Monthly Economic Update

Stocks finished 2013 with a flourish. The S&P 500 rose another 2.36% last month to return 29.60% on the year. As Wall Street celebrated, good news came to Main Street as well; the jobless rate fell and many signs of economic improvement emerged. Performance of Asian and European stock indices varied widely. Gold stumbled further and oil rebounded. Mortgages grew more expensive, and the pace of home buying reflected that reality. Midway through the month, the Federal Reserve announced it was tapering its economic stimulus – and investors applauded the move.1

In a late-November CNN poll, only 24% of Americans felt that an economic recovery was underway; 39% felt the U.S. was still in a downturn. Perception aside, economic indicators out in December showed an economy clearly on the way back.2

Unemployment? Thanks to 203,000 net new jobs, the jobless rate fell to a 59-month low of 7.0% in November. GDP? A final Q3 estimate of 4.1%, helped by a 2.0% gain in Q3 personal spending. Consumer spending was up 0.5% in November alone.3,4,5

According to the Institute for Supply Management, the service and manufacturing sectors expanded again in November – its factory PMI was at 57.3, its service sector PMI at 53.9. The service sector expanded for the 47th consecutive month. A Federal Reserve report showed industrial production up 1.1% in November and matching a pre-recession peak.4,6

The federal government’s Consumer Price Index was flat for November, with annualized inflation at just 1.2%. Gasoline prices dropped 1.6% in November while retail sales jumped 0.7%.7

Durable goods orders were up 3.5% in November, rebounding from the 0.7% decline in October. Wholesale prices retreated for a third straight month in November – the headline Producer Price Index showed a 0.1% retreat, with the PPI rising just 0.7% in 12 months.5,8

How were households feeling? The Conference Board’s December consumer confidence index rose 6.1 points to 78.1; the University of Michigan’s final December consumer sentiment index came in at 82.5.5

The Federal Reserve’s December 18 decision to taper QE3 caught some investors by surprise – wasn’t the central bank going to wait until 2014? Wall Street didn’t panic; in fact, it was pleased. The Dow climbed 292 points on the day of the announcement. The Fed is now purchasing $75 billion of bonds monthly, as opposed to the $85 billion per month it bought in 2013.9

Enrollment finally surged at the Health Insurance Marketplace. The White House stated that by Christmas Eve, about 2 million people nationwide had signed up for health coverage, 1.1 million of them via the site serving 36 states. That still fell short of the Obama administration’s year-end goal of 3 million.10

As December ended, available data showed that the eurozone economy was growing, albeit weakly. Euro area GDP was but 0.1% in Q3, down from 0.3% in Q2. (For the record, euro area GDP has never exceeded 1.3% since Eurostat first measured it in 1995 and hit a nadir of -2.5% in 2009.) Euro area unemployment was running at 12.1% after the first monthly decline since February 2011; yearly consumer inflation was at 0.9%, up from the 45-month low of 0.7% recorded in October.11,12,13

The official PMI reading for China’s factory sector was 51.0 in December, down from the prior mark of 51.4. Political tension between China and Japan threatened to undo progress toward a new trilateral free-trade pact between China, Japan and South Korea. Territorial disputes in the South China Sea were one factor, and China took insult when Japanese prime minister Shinzo Abe visited a shrine honoring WWII veterans including convicted war criminals from the Chinese occupation. Still, December ended with no injury to the trade ties between the two nations.14,15,16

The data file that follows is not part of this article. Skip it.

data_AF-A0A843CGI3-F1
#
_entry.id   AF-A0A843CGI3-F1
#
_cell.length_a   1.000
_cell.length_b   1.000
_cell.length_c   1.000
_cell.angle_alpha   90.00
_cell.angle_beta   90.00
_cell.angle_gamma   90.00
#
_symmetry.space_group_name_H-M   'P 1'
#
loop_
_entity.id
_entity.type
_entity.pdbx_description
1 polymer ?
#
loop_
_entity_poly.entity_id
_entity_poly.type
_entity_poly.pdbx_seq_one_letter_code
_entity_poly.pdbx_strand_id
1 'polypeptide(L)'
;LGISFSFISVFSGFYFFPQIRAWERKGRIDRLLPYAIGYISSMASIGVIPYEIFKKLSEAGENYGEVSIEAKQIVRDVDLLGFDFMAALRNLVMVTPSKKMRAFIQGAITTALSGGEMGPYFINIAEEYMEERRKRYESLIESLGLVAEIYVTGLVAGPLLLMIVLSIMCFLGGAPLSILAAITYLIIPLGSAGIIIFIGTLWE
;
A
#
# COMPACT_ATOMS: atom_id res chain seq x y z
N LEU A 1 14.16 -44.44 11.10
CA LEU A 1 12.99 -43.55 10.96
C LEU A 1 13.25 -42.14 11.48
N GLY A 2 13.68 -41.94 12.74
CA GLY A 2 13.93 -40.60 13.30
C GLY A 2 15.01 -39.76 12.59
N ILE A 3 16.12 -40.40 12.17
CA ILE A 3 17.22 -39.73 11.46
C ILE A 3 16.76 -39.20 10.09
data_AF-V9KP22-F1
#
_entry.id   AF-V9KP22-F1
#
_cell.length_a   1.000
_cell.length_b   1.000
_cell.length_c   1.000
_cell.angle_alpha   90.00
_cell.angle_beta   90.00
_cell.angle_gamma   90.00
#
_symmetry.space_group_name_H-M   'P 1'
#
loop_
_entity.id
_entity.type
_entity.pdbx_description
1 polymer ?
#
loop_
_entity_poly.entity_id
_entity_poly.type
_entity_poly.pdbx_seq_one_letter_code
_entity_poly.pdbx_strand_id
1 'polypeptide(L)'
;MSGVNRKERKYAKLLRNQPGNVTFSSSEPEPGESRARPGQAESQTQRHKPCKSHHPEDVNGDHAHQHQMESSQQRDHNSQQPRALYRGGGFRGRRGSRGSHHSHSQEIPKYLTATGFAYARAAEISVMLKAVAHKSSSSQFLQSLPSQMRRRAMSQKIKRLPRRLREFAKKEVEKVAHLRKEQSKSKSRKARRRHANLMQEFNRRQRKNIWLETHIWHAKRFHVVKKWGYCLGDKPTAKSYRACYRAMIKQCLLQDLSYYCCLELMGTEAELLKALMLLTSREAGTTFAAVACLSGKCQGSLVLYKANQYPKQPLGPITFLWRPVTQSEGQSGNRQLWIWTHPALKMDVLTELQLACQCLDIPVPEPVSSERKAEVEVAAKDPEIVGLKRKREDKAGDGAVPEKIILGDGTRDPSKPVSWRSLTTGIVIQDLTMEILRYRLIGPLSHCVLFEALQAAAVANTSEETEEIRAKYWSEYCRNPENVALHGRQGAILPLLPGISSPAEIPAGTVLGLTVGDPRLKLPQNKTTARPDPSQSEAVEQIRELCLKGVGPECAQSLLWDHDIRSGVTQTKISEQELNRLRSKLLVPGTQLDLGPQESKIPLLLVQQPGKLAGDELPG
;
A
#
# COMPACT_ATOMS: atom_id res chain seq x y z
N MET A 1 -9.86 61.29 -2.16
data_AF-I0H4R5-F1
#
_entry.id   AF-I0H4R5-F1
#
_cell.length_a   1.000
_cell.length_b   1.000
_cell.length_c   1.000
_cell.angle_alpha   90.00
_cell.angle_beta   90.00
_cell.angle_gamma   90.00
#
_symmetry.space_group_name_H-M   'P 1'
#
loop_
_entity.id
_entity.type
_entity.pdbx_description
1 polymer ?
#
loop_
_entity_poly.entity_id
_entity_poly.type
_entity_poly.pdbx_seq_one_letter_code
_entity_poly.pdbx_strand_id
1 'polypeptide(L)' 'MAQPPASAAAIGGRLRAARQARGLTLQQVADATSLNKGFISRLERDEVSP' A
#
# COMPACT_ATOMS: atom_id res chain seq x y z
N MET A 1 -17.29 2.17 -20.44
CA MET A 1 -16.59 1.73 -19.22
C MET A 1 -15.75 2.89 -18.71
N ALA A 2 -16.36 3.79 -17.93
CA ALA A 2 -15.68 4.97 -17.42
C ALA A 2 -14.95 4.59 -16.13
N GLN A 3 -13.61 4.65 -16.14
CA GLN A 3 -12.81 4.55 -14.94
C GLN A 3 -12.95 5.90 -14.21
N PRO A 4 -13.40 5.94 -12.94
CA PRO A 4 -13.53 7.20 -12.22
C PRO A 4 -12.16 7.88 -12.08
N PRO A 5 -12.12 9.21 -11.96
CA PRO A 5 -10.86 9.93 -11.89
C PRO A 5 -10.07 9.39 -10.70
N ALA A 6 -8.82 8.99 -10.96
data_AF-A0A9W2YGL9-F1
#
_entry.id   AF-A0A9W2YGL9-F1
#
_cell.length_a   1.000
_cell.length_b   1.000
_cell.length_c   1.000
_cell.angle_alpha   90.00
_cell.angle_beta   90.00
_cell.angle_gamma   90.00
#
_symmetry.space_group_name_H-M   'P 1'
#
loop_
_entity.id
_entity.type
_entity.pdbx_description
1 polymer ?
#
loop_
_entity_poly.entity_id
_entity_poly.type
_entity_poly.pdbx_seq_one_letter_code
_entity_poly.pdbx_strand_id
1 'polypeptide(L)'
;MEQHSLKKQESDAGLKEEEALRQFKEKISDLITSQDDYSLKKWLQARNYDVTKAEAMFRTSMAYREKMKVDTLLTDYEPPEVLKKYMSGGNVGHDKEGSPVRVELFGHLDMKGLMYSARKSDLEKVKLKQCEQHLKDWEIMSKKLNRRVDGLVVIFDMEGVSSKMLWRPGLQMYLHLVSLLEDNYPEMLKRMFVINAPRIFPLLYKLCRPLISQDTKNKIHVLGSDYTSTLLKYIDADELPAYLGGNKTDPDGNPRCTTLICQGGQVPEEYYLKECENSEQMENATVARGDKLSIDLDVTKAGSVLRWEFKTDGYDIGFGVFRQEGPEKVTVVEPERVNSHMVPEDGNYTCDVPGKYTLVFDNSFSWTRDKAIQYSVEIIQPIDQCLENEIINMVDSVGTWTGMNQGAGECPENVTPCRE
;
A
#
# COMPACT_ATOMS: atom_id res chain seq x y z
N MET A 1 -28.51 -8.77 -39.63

December seemed to bring as many ascents as descents. The Global Dow rose 1.37%, the Asia Dow lost 0.53% and the Europe Dow advanced 1.95%; the MSCI Emerging Market Index lost 1.53%, yet the MSCI World rose 2.00%. Other benchmarks: Nikkei 225, +4.02%; Kospi, -1.64%; Hang Seng, -2.41%; Sensex, +1.82%; Jakarta Composite, +0.42%; Shanghai Composite, -4.71%; Bovespa, -1.86%; IPC All-Share, +0.54%; MERVAL, -5.73%; TSX Composite, +1.69%; FTSE 100, +1.48%; DAX, +1.56%; DJ STOXX 600, +0.95%; CAC 40, +0.02%. Among notable European, Asian  and multi-country indices, four yearly gains stand out: Nikkei 225, 56.72%; Ireland’s ISEQ, 33.64%; Pakistan’s KSE 100, 49.43%; MSCI World, 24.10%.1,17i COmposite : the TSX Composite (-2.30%), the  gan’


The twelfth month of 2013 saw gold futures fall again: a loss of 4.23% to $1,202.30 at year’s end. Silver dropped 5.16% in December, but copper rose 6.47%. NYMEX crude ended 2013 at $98.42, up 6.35% on the month. Natural gas futures soared 7.44%, heating oil rose 1.13% and unleaded gasoline jumped 4.79% in December. Among marquee crops, the best performer was cotton at +6.69%; the worst was wheat at -7.75%. Performances in between: cocoa, -2.90%; coffee, +4.57%; soybeans, -1.68%; sugar, -3.91%; corn, +1.75%. The U.S. Dollar Index posted a 0.64% December loss, concluding the year at 80.16.18,19

With mortgage rates on the way up, new and existing home sales declined in November. In fact, the National Association of Realtors said existing home sales were actually down 1.2% year-over-year. New home buying dipped just 2.1% for the month, but residential resales decreased 4.3%. (The NAR did report a 0.2% rise in pending home sales in November.) Home price gains had yet to moderate: the October S&P/Case-Shiller Home Price Index showed a 13.6% yearly gain in home values across 20 cities. While building permits fell 3.1% in November, housing starts rose 22.7% (the largest gain in any month since January 1990).4,5,20

Freddie Mac’s December 26 Primary Mortgage Market Survey found mortgage rates averaging as follows: 30-year FRMs, 4.48%; 15-year FRMs, 3.52%; 5/1-year ARMs, 3.00%; 1-year ARMs, 2.56%. Compare the November 27 averages: 30-year FRMs, 4.29%; 15-year FRMs, 3.30%; 5/1-year ARMs, 2.94%; 1-year ARMs, 2.60%.21

Closing values from December 31: DJIA, 16,576.66; NASDAQ, 4,176.59; S&P 500, 1,848.36; Russell 2000, 1,163.64. Incidentally, the Dow Jones Internet Index soared 56.15% in 2013 and the NASDAQ Biotechnology Index rocketed 65.61%.1

DJIA +26.50 +3.05 +17.78 +5.86
NASDAQ +38.32 +2.87 +32.96 +10.85
S&P 500 +29.60 +2.36 +20.93 +6.62
10 YR TIPS 0.80% -0.67% 2.14% 2.00%

Sources:,, – 12/31/131,22,23,24,25

Indices are unmanaged, do not incur fees or expenses, and cannot be invested into directly.

These returns do not include dividends.

Could 2014 bring stock market gains anywhere near those of 2013? Even the most ardent bulls don’t see the market soaring so high. Bears see little or no upside to stocks this year, pointing to an aging bull, further tapering of QE3 and the potential for a long-overdue correction. Bulls counter with the argument that the Fed’s easy money policy hasn’t yet reached its endgame, and point to continual signs of solid economic improvement. Hopefully, January sets a nice tone for the quarter and the year, and double-digit gains will come to pass.26